... There is more: in Vim versions built before the +foobar feature was defined, has( foobar ) returns zero by design. This means that a has() feature which
                    Message 9 of 10 , Mar 11, 2010
                      On 05/01/10 20:30, Matt Wozniski wrote:
                      > On Tue, Jan 5, 2010 at 2:17 PM, Sergey Khorev wrote:
                      >> Well,
                      >>
                      >>> Isn't that only checking the type of CPU that the vim binary was built
                      >>> with, instead of whether it was built as an x64 binary? Or does
                      >>> defining WIN64 cause an x64 binary to be built instead?
                      >>
                      >> CPU in makefile defines target CPU.
                      >> -DWIN64 passed to compiler does nothing besides pointing out to source
                      >> code we are targeting x64 or IA64.
                      >
                      > OK, then.
                      >
                      >>> I'm not sure what has("win64") should be returning based only on
                      >>> reading the help, but I'd imagine it should either be a) whether the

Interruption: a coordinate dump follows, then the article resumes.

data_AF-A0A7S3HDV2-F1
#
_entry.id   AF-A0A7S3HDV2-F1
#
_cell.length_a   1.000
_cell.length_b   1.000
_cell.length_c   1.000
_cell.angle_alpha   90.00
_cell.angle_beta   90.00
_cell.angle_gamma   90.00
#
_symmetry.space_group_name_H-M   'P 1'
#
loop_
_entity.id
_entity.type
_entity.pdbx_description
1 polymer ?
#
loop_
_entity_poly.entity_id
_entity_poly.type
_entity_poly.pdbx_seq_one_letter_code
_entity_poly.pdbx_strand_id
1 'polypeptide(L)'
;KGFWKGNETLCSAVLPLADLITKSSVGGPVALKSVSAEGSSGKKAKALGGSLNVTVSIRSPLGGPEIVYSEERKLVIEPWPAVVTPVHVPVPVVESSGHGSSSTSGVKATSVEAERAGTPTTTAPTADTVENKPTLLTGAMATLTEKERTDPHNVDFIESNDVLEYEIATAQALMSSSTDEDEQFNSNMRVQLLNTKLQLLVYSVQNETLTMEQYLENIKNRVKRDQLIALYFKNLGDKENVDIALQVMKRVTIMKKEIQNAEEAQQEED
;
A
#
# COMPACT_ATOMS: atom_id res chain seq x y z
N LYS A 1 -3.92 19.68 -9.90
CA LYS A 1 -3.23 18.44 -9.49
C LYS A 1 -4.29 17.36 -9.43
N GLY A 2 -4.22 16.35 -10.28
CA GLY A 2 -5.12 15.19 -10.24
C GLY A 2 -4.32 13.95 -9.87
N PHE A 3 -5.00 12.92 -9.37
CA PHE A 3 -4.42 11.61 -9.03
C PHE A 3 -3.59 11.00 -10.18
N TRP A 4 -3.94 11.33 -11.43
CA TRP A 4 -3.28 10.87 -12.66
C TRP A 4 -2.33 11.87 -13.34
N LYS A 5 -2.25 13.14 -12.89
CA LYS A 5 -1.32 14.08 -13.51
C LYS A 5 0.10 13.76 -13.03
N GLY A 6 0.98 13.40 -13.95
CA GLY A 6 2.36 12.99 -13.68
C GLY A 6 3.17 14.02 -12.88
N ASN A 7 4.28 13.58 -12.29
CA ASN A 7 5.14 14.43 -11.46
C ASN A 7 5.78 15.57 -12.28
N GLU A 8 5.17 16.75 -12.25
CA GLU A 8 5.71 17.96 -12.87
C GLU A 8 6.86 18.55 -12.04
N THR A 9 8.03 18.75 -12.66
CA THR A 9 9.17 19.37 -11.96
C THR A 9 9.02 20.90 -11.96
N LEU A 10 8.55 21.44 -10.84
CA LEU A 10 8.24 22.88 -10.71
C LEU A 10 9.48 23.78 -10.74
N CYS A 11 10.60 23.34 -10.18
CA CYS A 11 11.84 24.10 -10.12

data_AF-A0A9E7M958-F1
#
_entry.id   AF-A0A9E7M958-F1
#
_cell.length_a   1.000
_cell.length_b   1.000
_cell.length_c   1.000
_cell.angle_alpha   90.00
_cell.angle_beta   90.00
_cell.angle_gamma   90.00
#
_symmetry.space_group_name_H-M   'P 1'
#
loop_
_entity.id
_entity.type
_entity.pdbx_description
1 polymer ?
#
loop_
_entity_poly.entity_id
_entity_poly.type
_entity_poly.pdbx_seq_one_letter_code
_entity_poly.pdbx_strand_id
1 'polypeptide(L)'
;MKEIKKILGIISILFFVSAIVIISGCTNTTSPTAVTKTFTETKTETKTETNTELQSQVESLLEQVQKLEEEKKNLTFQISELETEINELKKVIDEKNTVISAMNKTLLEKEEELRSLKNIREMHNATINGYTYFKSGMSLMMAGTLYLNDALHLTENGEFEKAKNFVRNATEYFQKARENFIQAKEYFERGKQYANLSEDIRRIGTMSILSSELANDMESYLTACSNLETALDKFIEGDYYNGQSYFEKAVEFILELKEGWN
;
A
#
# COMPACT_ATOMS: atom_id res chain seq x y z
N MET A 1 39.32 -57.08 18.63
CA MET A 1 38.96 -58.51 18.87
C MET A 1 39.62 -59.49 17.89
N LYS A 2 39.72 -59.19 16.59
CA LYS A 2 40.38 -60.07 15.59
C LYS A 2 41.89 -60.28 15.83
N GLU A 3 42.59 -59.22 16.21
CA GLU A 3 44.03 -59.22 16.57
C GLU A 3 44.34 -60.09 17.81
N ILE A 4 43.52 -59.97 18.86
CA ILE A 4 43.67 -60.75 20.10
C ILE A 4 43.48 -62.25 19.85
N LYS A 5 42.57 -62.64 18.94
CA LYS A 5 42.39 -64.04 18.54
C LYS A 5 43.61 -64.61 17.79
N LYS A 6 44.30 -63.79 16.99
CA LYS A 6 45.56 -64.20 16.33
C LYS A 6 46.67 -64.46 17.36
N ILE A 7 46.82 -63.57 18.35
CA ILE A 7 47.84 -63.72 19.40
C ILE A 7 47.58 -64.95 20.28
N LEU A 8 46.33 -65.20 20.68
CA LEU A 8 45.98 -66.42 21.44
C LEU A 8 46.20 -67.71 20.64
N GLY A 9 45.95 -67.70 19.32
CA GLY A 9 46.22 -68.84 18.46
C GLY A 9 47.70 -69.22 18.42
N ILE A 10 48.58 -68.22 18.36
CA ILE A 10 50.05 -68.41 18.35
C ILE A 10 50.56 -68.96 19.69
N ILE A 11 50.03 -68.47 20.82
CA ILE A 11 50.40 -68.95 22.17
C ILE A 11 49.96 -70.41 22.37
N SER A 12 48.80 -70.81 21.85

>>> vim binary itself is a 64 bit binary, or b) whether the OS that the
                      >>> binary is running on is a 64-bit version of windows. The latter seems
                      >>> more useful, but I'm not sure just from the help. If I'm right,
                      >>> though, it would have to be a runtime test; nothing at compile time
                      >>> could do the trick.
                      >>
                      >> Source code clearly states it was meant as a compile-time check:
                      >> #ifdef WIN64
                      >> "win64",
                      >> #endif
                      >>
                      >> Honestly, I'm not sure what's the point in knowledge what OS version
                      >> we are running.
                      >
                      > I can conceive of a plugin that dynamically loads a DLL - or another
                      > program - that requires a 64-bit windows, which would need to know
                      > that the host OS supports it. In this case, you'd want to know that
                      > the OS is 64 bit, even if the vim binary is 32-bit. But as I said, I
                      > can see the argument either way. It should obviously be consistent
                      > with whatever win16 and win32 do, so if they're compile-time
                      > architecture checks, all is fine.
                      >
                      > ~Matt
                      >

                      There is more: in Vim versions built before the +foobar feature was
                      defined, has('foobar') returns zero by design. This means that a has()
                      feature which would return 1 for "this is a 32-bit version of Vim
                      running on a 64-bit OS" would necessarily be unreliable.


                      Best regards,
                      Tony.
                      --
                      I've enjoyed just about as much of this as I can stand.

                      --